5. FBXL5 is an Iron-sensing E3 Ubiquitin Ligase that Regulates Iron Homeostasis

An increased understanding of how the UPS controls the maintenance of iron homeostasis via regulation of IRP2 came with the discovery of an IRP2 E3 ubiquitin ligase. This E3 ligase, F-box and leucine-rich repeat protein 5 (FBXL5), was independently identified by two laboratories [55, 56]. Using a proteomics approach, IRP2 was identified as an interacting partner of a substrate-trapping FBXL5 variant [56]. In an alternative approach, FBXL5 was identified in an RNAi screen for regulators of iron-dependent IRP2 degradation [55]. FBXL5 is a member of the protein family defined by a conserved ~40–50 amino acid F-box domain [57]. F-box proteins assemble into Skp1/Cul1/F-box (SCF) E3 ubiquitin ligases complexes composed of the scaffolding proteins CUL1, RBX1, and SKP1. SKP1 recruits the F-box containing subunit of the E3 ligase complex. The function of the F-box protein is critical as its employs additional domains to tether substrates to the multimeric SCF complex for polyubiquitination. RBX1 is a ring-box protein that binds an activated E2 conjugating enzyme, which transfers ubiquitin to the SCF complex target protein [25, 58].

Loss of FBXL5 expression in human cells causes inappropriate accumulation of IRP2 with concomitant misregulation of IRE containing genes under iron replete conditions [55, 56]. FBXL5 interacts with IRP2 in human cells and recombinant SCFFBXL5 polyubiquitinates IRP2 in vitro [55, 56]. Taken together, these observations suggest that FBXL5 is a bona fide IRP2 E3 ligase, required for proper regulation and maintenance of cellular iron homeostasis. IRP1 can similarly be regulated via FBXL5 in an iron-dependent fashion when iron-sulfur cluster assembly is otherwise compromised, although the physiological relevance of this proteolytic regulation is unknown [55, 56, 59, 60].

Intriguingly, FBXL5 is regulated in a reciprocal fashion to IRP2. FBXL5 accumulates under conditions of excess iron, while it is destabilized when either iron or O2 becomes limiting [55, 56]. Both iron- and oxygen-dependent control of FBXL5’s stability are mediated through its N terminus, predicted to encode an iron-binding hemerythrin-like domain [55, 56]. Hemerythrin (Hr) domains from marine invertebrates and bacteria are well characterized though no vertebrate Hr domains had previously been identified [6167]. In invertebrates, Hr containing proteins frequently function as O2 transport and storage proteins similar to the mammalian proteins hemoglobin and myoglobin [68]. In addition to these roles, it has been postulated that Hr proteins function as iron and/or O2 sensors [63, 69, 70]. Canonical Hr domains are characterized by a helical bundle fold containing four α helices and an O2-binding diiron center. The binuclear iron center is typically ligated by seven amino acids comprised of five histidines, one aspartic acid, and one glutamic acid. The first iron atom (Fe1) of the diiron center is coordinated by three histidines and the second iron (Fe2) is coordinated by two histidines with the acidic residues bridging both atoms. The diiron center is also bridged by a solvent-derived μ-hydroxo group in the deoxy state (Fig. 3A). Hr domains can reversibly bind dioxygen at the Fe2 site. Bound O2 is reduced and the ensuing peroxide species forms a hydrogen bond with the resultant μ-oxo group and is further stabilized by hydrophobic residues lining the binding pocket [68, 71, 72].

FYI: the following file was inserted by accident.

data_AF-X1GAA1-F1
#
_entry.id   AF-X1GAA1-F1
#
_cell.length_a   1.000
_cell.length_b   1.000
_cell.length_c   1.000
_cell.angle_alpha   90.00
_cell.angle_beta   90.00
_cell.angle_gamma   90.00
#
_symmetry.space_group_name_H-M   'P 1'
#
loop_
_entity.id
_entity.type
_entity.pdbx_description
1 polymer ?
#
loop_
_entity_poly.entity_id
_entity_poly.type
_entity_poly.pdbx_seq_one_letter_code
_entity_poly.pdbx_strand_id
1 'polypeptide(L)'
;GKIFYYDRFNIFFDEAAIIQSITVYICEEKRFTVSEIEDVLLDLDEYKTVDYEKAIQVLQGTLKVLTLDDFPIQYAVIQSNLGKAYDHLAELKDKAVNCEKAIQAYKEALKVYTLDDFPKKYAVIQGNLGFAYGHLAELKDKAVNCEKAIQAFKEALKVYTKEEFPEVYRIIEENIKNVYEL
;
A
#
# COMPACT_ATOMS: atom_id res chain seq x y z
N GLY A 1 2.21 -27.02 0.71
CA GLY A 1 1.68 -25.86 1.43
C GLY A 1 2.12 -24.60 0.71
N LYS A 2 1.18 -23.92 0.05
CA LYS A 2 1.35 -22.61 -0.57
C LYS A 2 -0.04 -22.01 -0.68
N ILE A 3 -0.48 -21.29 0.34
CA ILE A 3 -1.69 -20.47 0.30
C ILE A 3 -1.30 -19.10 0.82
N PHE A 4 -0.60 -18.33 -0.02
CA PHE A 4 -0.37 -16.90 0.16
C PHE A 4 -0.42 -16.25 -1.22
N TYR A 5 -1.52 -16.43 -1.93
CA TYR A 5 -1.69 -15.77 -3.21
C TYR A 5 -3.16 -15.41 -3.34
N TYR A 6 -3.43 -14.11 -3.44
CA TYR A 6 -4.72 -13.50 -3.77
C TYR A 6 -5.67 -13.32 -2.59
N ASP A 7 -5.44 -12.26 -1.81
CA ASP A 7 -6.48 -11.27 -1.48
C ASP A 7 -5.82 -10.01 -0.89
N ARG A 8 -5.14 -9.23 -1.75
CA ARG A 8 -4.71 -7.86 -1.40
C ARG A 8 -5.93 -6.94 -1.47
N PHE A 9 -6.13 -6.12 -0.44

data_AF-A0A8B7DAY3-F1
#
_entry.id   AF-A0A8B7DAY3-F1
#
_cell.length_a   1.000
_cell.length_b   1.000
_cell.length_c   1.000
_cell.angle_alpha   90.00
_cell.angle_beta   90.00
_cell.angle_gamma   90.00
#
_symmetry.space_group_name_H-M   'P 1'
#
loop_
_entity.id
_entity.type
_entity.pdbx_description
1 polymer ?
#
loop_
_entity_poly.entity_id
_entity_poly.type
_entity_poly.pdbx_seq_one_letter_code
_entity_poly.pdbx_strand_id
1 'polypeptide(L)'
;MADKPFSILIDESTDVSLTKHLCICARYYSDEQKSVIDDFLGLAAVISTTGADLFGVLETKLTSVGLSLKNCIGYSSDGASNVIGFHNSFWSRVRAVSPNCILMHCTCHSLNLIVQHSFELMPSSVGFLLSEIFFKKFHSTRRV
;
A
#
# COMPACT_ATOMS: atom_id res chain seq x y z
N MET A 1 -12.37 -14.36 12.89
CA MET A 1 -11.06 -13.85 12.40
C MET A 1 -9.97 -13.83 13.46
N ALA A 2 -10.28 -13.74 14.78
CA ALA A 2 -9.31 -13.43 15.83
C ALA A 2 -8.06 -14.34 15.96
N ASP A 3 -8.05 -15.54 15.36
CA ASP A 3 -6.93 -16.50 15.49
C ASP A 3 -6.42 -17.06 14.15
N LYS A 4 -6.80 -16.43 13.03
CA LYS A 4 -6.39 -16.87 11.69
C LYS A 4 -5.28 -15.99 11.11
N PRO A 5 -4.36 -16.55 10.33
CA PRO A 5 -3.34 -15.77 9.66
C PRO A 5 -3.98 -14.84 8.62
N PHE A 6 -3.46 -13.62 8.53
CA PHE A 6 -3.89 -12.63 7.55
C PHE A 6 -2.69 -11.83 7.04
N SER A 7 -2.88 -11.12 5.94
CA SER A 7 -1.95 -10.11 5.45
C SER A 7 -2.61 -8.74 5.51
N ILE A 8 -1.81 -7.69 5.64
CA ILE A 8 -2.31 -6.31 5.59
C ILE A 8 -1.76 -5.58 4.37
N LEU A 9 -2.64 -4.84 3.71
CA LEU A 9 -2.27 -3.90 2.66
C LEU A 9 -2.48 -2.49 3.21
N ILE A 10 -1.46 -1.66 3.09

Fig. 3
Schematics of the diiron center from the canonical deoxy Hr (A) and the unorthodox FBXL5 Hr (B).

Recently, X-ray crystallography has confirmed that the N terminus of human FBXL5 contains a hemerythrin-like domain [73]. Analogous to bacterial and invertebrate Hr domains, the FBXL5 Hr domain features a diiron center assembled within an up-down α-helical bundle supported by an atypical fifth helix. Moreover, the helical bundle is substantially longer (~58 Å) in FBXL5 than in previously characterized domains (~40–50 Å) [61, 63] (Fig. 4). FBXL5’s diiron center also differs from canonical Hrs by employing only four coordinating histidines. In place of the fifth histidine ligating Fe1, the FBXL5 Hr employs a glutamic acid that appears to form an unprecedented hydrogen bond with both Fe1 and the μ-oxygen species (Fig. 3B). Another distinctive aspect of the FBXL5 Hr domain is the absence of observable O2 binding at the diiron center despite crystallization in the presence of ambient oxygen [73]. Stopped-flow spectroscopy also suggests the domain may not bind O2 in solution. Although the FBXL5 Hr has a hydrophobic pocket juxtaposed to the diiron center that resembles canonical Hr domains, the dimensions of the FBXL5 pocket are much smaller and therefore dioxygen-binding may not be physically possible in this uncommon vertebrate Hr.

Fig. 4
Structure of the FBXL5 Hr domain compared to the classical domain. Ribbon representations of the Hr domain from T. dyscritum (A; PDB code 1HMD) and the hemerythrin-like domain from H. sapien FBXL5 (B; PDB code 3V5Y).

Recent molecular approaches have provided insights into the mechanisms controlling FBXL5 regulation [73]. Mutation of the iron-ligating residues in the Hr domain results in constitutive destabilization of FBXL5 demonstrating that Fe binding is necessary for proper regulation of FBXL5. Under iron replete conditions when the protein accumulates at high levels, FBXL5 exhibits low levels of polyubiquitination. Conversely, when iron is limiting, FBXL5 displays pronounced polyubiquitination and subsequent degradation that is dependent on a functional E1 ubiquitin-activating enzyme and the proteasome. Moreover, residues 77–81 within the Hr domain appear to comprise part of a regulatory element, or degron, mediating FBXL5’s differential stability. Taken together, these multiple lines of evidence suggest a model in which FBXL5’s N-terminal Hr domain senses iron and regulates FBXL5 stability (Fig. 5). According to this model, when intracellular iron levels are abundant the Hr domain binds iron and adopts a conformation in which its degron is less accessible. Degron sequestration results in FBXL5 stabilization, formation of an SCFFBXL5 E3 ligase complex, and polyubiquitination of IRP2 with subsequent proteasomal degradation. Conversely, when bioavailable iron levels are low the FBXL5 Hr domain is unable to form a diiron center, resulting in a structural change that exposes the regulatory element targeting FBXL5 for polyubiquitination and degradation. Iron-dependent regulation of FBXL5 is predicted to be critical as it controls IRP2 expression levels, which in turn regulates key iron homeostasis genes. Thus FBXL5, via its Hr domain, enables cells to gauge bioavailable iron levels and control IRP2 accumulation accordingly, forming a tightly regulated circuit in the maintenance of iron homeostasis.